Is Your Dog's First Aid Kit Complete?

Is Your Dog's First Aid Kit Complete?

By Dr. Tracy Dewhirst for Exceptional Canine

Is Your Dog’s First Aid Kit Complete?

The Boy Scout motto "Be prepared" is quite true for animals as well as people. Accidents never occur just after you've read the CPR handout or reviewed the pamphlet on hemostasis (stopping bleeding). Having a properly stocked first aid kit, along with mental preparedness to make split-second decisions, can definitely change the overall outcome if your dog has an emergency.

Understanding how and when to use each item in a first aid kit is just as important as the kit itself. Here's my list of must-have items, along with some tips:

  • Wound cleanser. Use mild soap and warm water, or cleansers such as Betadine and chlorhexidine rinse. Hydrogen peroxide is fine for the initial cleaning but not for repeated use. Avoid alcohol because it burns.
  • Antibiotic ointment. Use on a cleaned wound before bandaging.
  • Small and large gauze pads. Necessary for applying pressure to a bleeding wound. Also used as the primary layer of a bandage.
  • Elastikon. The outer layer of the bandage that keeps the gauze in place. Do not wrap bandages tightly. Instinct tells us to wrap a bandage snugly to reduce further bleeding or prevent slipping, but a tight bandage can actually cut off the blood supply. Make sure you can comfortably slide your pinky finger under the wrap.
  • Long strips of old T-shirt or cotton dressings. These come in handy as bandage material or as an emergency muzzle. The temperament of your dog can change when she is in pain or feels threatened. Before attempting to move or touch an injured animal, make sure the dog is not displaying signs of aggression, such as snarling or growling. Use a muzzle if there is any chance the injured dog might snap.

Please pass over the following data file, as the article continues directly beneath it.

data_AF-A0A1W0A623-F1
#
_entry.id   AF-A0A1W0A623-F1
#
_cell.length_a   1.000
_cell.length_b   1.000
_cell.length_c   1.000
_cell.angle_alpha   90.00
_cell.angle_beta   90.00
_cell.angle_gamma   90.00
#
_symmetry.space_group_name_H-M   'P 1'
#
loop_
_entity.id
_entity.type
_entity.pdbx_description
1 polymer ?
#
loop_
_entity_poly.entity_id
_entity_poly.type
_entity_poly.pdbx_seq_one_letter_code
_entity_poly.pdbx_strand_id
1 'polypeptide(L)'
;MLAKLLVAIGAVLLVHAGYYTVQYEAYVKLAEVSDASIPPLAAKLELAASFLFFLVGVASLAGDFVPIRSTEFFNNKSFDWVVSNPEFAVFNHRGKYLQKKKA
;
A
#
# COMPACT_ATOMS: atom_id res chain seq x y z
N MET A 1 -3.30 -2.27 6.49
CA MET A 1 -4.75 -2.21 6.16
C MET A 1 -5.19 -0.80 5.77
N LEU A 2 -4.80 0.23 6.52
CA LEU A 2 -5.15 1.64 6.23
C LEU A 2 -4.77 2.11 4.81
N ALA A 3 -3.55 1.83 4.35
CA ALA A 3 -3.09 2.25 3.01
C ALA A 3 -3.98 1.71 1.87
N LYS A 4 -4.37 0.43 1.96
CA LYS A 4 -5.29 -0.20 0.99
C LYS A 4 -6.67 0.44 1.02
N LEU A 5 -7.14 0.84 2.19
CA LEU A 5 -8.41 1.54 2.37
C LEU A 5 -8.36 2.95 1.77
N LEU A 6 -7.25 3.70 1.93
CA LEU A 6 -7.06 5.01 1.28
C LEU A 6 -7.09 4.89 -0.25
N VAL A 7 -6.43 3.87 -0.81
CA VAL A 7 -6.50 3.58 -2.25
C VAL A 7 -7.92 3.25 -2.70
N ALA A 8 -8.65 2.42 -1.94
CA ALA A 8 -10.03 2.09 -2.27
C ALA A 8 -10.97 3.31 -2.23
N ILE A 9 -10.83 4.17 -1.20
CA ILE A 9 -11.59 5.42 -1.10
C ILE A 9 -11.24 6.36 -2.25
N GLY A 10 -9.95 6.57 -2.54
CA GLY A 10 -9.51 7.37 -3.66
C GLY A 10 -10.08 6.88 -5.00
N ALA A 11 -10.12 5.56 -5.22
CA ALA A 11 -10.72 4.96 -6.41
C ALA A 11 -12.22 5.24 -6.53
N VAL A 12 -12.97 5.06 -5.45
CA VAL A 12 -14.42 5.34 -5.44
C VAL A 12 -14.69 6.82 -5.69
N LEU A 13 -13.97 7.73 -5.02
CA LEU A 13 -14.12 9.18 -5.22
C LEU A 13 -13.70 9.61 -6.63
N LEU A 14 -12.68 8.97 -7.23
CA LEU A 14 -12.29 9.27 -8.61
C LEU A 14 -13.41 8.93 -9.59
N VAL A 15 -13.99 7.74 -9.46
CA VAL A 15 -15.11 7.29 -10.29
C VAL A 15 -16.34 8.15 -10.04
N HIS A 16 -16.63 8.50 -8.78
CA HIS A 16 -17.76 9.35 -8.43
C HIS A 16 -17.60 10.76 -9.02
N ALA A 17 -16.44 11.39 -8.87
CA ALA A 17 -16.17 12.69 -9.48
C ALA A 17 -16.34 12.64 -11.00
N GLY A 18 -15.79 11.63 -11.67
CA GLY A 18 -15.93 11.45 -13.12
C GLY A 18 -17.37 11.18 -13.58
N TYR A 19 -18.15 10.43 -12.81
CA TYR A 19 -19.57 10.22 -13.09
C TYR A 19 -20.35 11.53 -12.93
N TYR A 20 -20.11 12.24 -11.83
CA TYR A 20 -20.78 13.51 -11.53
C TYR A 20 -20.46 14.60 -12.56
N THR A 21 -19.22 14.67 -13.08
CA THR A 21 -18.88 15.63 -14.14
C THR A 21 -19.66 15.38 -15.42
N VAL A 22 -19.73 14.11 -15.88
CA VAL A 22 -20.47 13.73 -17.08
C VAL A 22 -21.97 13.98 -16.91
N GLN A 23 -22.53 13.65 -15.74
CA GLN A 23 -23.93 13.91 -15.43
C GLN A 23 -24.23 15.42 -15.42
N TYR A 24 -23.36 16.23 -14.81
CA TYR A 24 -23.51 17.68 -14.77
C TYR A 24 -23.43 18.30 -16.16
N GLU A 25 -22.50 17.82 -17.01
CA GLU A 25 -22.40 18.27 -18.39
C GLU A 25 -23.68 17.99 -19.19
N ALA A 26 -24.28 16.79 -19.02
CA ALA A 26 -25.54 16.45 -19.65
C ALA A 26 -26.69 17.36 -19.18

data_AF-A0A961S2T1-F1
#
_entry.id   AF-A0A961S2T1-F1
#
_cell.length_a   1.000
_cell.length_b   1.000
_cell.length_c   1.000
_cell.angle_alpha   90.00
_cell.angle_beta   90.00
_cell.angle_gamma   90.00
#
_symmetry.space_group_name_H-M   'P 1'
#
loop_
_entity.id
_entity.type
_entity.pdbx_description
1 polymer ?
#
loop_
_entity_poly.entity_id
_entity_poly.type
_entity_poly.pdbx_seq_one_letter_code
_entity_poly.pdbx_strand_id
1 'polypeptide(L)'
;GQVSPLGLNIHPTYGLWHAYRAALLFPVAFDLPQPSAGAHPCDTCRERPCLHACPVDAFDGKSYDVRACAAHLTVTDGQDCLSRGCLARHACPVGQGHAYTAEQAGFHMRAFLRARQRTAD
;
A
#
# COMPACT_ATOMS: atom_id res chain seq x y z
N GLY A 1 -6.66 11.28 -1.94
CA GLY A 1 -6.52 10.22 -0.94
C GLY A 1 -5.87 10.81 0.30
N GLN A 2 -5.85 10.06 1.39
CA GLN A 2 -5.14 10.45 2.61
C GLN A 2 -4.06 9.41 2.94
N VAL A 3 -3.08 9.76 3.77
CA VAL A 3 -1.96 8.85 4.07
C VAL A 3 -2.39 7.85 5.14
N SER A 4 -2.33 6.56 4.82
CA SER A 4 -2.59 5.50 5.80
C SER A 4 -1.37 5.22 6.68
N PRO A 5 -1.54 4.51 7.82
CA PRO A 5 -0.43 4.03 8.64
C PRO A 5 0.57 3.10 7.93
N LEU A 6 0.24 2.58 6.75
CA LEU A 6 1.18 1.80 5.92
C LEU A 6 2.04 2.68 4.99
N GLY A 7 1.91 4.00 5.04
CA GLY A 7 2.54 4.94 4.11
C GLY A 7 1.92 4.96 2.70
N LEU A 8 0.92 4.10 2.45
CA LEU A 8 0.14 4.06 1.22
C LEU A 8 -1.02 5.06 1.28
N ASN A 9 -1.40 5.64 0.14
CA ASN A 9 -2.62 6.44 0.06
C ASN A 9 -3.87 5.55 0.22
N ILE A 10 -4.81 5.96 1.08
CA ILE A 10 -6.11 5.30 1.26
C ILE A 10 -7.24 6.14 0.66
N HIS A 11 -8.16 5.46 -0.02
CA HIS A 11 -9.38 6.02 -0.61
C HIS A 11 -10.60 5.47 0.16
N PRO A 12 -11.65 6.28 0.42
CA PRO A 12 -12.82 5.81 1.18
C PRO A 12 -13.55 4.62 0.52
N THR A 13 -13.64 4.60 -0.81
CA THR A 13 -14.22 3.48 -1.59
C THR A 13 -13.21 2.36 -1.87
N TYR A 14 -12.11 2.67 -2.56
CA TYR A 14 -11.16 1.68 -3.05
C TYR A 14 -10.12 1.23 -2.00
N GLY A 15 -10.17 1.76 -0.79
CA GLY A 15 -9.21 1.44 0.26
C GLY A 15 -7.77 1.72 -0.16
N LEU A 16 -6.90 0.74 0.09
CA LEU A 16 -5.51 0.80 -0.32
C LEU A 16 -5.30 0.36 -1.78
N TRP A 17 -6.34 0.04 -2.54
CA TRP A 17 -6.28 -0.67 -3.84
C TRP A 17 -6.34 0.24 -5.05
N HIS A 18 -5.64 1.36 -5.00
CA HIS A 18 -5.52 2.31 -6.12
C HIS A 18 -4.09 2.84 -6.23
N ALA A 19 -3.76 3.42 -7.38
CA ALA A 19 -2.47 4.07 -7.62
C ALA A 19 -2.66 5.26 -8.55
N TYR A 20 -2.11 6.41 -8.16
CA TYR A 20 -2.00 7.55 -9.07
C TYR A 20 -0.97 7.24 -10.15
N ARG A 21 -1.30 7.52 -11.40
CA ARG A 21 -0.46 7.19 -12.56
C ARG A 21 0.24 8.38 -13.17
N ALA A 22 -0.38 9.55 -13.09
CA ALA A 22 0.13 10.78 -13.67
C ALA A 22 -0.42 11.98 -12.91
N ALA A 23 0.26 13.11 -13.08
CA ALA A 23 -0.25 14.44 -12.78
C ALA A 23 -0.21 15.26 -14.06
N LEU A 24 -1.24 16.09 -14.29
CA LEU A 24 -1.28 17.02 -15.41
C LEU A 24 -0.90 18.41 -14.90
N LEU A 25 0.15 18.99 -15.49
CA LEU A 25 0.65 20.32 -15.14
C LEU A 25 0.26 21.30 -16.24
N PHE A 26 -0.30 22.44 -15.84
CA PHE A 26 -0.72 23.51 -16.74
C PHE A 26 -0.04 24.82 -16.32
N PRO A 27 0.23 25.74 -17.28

To make a muzzle, tie a loop in the cotton strip, place it over your dog's snout with the knot on the upper side, tighten, wrap the strap around the snout again (ending on the underside) and then tie behind the ears. Here's a good demonstration of emergency muzzling:

  • Hydrogen peroxide. Use to induce vomiting. Contact your veterinarian before doing this; some materials are more harmful if vomited.
  • Phone numbers. Keep a record of your veterinarian's or emergency clinic's contact information, as well as the animal poison control hotline number at 888-426-4435.
  • Scissors, sunscreen, eyewash, snakebite kit and cold packs. These should be included in a complete pack.
  • Duct tape. Useful for protecting footpads and covering gauze on minor lacerations if a cotton wrap won't hold.
  • Benadryl. Useful for motion sickness and insect bites. Ask your veterinarian for an appropriate dose for your dog.

Never use acetaminophen or ibuprofen. For minor pain relief only, use drugs that are prescribed by a veterinarian.

Prepared first aid kits are also available in pet stores and online if you don't want to assemble your own.

Be Cautious
I cannot stress enough how important it is to use caution when giving first aid to your pet. Have someone restrain your dog to avoid bites and scratches. Even a gentle dog can nip when in pain, or if he's feeling frightened or traumatized. Muzzles and restraint help prevent accidents that might require your own first aid treatment.

Photo: @iStockphoto.com/PK-Photos

Dr. Tracy Dewhirst, a graduate from the University of Tennessee College of Veterinary Medicine, practices small-animal and equine medicine in Knoxville, Tenn. She is a long-time columnist for the Knoxville News Sentinel. Dewhirst also sits on the East Tennessee Peer Review Board. Dr. Dewhirst blogs frequently for Exceptional Canine.


Note: This section of the Canada's Guide to Dogs website is intended as a source of information only. It is not intended as a substitute for professional care. Always consult with your Veterinarian about health related matters.